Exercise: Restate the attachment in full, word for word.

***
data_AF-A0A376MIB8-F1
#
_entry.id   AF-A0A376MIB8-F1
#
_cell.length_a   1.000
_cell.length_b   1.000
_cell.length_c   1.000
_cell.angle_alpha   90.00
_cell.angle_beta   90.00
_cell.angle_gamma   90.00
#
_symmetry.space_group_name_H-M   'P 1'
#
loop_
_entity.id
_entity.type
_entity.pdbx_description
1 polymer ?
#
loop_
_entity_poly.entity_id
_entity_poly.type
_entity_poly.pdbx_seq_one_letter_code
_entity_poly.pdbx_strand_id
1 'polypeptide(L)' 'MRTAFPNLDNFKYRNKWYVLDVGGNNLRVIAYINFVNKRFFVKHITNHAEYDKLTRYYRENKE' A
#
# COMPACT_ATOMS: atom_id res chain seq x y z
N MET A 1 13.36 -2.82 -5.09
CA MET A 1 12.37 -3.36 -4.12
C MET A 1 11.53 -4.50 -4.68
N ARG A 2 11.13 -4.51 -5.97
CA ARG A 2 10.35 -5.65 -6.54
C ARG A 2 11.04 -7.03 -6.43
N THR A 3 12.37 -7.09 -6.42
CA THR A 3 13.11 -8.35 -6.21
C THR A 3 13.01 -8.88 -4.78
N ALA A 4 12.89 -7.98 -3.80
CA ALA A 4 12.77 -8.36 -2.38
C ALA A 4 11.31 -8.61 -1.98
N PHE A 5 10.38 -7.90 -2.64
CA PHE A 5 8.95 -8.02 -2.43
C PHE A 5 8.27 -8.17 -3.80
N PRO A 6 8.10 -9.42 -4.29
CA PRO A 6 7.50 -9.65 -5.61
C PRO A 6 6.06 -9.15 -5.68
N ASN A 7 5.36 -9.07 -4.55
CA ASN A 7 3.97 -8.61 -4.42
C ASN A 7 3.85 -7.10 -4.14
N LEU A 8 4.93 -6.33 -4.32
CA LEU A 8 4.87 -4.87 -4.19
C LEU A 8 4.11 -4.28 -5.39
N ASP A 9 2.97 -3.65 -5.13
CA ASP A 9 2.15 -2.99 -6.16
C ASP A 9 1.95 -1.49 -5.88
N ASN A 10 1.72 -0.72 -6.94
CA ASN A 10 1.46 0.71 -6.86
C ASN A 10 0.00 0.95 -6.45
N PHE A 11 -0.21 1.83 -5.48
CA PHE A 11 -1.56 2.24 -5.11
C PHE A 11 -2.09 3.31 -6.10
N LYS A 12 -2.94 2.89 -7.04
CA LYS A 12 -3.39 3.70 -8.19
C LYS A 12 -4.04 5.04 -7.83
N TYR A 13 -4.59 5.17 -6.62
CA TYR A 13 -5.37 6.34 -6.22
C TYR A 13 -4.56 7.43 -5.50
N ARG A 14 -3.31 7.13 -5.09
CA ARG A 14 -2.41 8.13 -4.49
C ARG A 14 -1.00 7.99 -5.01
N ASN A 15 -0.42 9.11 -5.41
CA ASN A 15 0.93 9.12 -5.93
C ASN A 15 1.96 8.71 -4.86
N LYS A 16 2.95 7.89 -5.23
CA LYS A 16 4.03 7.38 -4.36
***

data_AF-A0A376MIB8-F1
#
_entry.id   AF-A0A376MIB8-F1
#
_cell.length_a   1.000
_cell.length_b   1.000
_cell.length_c   1.000
_cell.angle_alpha   90.00
_cell.angle_beta   90.00
_cell.angle_gamma   90.00
#
_symmetry.space_group_name_H-M   'P 1'
#
loop_
_entity.id
_entity.type
_entity.pdbx_description
1 polymer ?
#
loop_
_entity_poly.entity_id
_entity_poly.type
_entity_poly.pdbx_seq_one_letter_code
_entity_poly.pdbx_strand_id
1 'polypeptide(L)' 'MRTAFPNLDNFKYRNKWYVLDVGGNNLRVIAYINFVNKRFFVKHITNHAEYDKLTRYYRENKE' A
#
# COMPACT_ATOMS: atom_id res chain seq x y z
N MET A 1 13.36 -2.82 -5.09
CA MET A 1 12.37 -3.36 -4.12
C MET A 1 11.53 -4.50 -4.68
N ARG A 2 11.13 -4.51 -5.97
CA ARG A 2 10.35 -5.65 -6.54
C ARG A 2 11.04 -7.03 -6.43
N THR A 3 12.37 -7.09 -6.42
CA THR A 3 13.11 -8.35 -6.21
C THR A 3 13.01 -8.88 -4.78
N ALA A 4 12.89 -7.98 -3.80
CA ALA A 4 12.77 -8.36 -2.38
C ALA A 4 11.31 -8.61 -1.98
N PHE A 5 10.38 -7.90 -2.64
CA PHE A 5 8.95 -8.02 -2.43
C PHE A 5 8.27 -8.17 -3.80
N PRO A 6 8.10 -9.42 -4.29
CA PRO A 6 7.50 -9.65 -5.61
C PRO A 6 6.06 -9.15 -5.68
N ASN A 7 5.36 -9.07 -4.55
CA ASN A 7 3.97 -8.61 -4.42
C ASN A 7 3.85 -7.10 -4.14
N LEU A 8 4.93 -6.33 -4.32
CA LEU A 8 4.87 -4.87 -4.19
C LEU A 8 4.11 -4.28 -5.39
N ASP A 9 2.97 -3.65 -5.13
CA ASP A 9 2.15 -2.99 -6.16
C ASP A 9 1.95 -1.49 -5.88
N ASN A 10 1.72 -0.72 -6.94
CA ASN A 10 1.46 0.71 -6.86
C ASN A 10 0.00 0.95 -6.45
N PHE A 11 -0.21 1.83 -5.48
CA PHE A 11 -1.56 2.24 -5.11
C PHE A 11 -2.09 3.31 -6.10
N LYS A 12 -2.94 2.89 -7.04
CA LYS A 12 -3.39 3.70 -8.19
C LYS A 12 -4.04 5.04 -7.83
N TYR A 13 -4.59 5.17 -6.62
CA TYR A 13 -5.37 6.34 -6.22
C TYR A 13 -4.56 7.43 -5.50
N ARG A 14 -3.31 7.13 -5.09
CA ARG A 14 -2.41 8.13 -4.49
C ARG A 14 -1.00 7.99 -5.01
N ASN A 15 -0.42 9.11 -5.41
CA ASN A 15 0.93 9.12 -5.93
C ASN A 15 1.96 8.71 -4.86
N LYS A 16 2.95 7.89 -5.23
CA LYS A 16 4.03 7.38 -4.36